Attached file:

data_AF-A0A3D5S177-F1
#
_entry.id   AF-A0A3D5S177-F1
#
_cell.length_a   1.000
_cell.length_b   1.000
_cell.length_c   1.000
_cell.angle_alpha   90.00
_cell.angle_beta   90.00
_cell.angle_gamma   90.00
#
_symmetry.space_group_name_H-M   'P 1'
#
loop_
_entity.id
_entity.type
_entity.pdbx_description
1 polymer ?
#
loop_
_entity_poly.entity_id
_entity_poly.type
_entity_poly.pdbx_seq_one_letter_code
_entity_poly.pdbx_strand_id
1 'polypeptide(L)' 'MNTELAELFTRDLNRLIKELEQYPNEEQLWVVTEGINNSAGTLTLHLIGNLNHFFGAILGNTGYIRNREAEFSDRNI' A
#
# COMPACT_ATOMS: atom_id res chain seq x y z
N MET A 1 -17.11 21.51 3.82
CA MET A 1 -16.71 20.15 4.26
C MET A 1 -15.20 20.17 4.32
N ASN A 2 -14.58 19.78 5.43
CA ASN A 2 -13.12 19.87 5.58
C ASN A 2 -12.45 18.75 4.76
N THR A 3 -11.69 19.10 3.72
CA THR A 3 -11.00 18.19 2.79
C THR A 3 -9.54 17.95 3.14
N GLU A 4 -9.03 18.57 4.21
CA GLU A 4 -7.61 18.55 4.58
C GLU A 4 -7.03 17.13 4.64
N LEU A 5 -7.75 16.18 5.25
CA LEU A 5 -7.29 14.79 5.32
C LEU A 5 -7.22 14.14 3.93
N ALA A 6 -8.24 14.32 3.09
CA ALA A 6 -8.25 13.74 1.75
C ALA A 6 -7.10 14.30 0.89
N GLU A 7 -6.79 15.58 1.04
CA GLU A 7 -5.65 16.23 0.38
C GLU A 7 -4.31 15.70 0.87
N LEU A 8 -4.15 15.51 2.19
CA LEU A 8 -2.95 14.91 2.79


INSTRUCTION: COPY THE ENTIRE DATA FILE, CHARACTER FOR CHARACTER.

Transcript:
data_AF-A0A3D5S177-F1
#
_entry.id   AF-A0A3D5S177-F1
#
_cell.length_a   1.000
_cell.length_b   1.000
_cell.length_c   1.000
_cell.angle_alpha   90.00
_cell.angle_beta   90.00
_cell.angle_gamma   90.00
#
_symmetry.space_group_name_H-M   'P 1'
#
loop_
_entity.id
_entity.type
_entity.pdbx_description
1 polymer ?
#
loop_
_entity_poly.entity_id
_entity_poly.type
_entity_poly.pdbx_seq_one_letter_code
_entity_poly.pdbx_strand_id
1 'polypeptide(L)' 'MNTELAELFTRDLNRLIKELEQYPNEEQLWVVTEGINNSAGTLTLHLIGNLNHFFGAILGNTGYIRNREAEFSDRNI' A
#
# COMPACT_ATOMS: atom_id res chain seq x y z
N MET A 1 -17.11 21.51 3.82
CA MET A 1 -16.71 20.15 4.26
C MET A 1 -15.20 20.17 4.32
N ASN A 2 -14.58 19.78 5.43
CA ASN A 2 -13.12 19.87 5.58
C ASN A 2 -12.45 18.75 4.76
N THR A 3 -11.69 19.10 3.72
CA THR A 3 -11.00 18.19 2.79
C THR A 3 -9.54 17.95 3.14
N GLU A 4 -9.03 18.57 4.21
CA GLU A 4 -7.61 18.55 4.58
C GLU A 4 -7.03 17.13 4.64
N LEU A 5 -7.75 16.18 5.25
CA LEU A 5 -7.29 14.79 5.32
C LEU A 5 -7.22 14.14 3.93
N ALA A 6 -8.24 14.32 3.09
CA ALA A 6 -8.25 13.74 1.75
C ALA A 6 -7.10 14.30 0.89
N GLU A 7 -6.79 15.58 1.04
CA GLU A 7 -5.65 16.23 0.38
C GLU A 7 -4.31 15.70 0.87
N LEU A 8 -4.15 15.51 2.19
CA LEU A 8 -2.95 14.91 2.79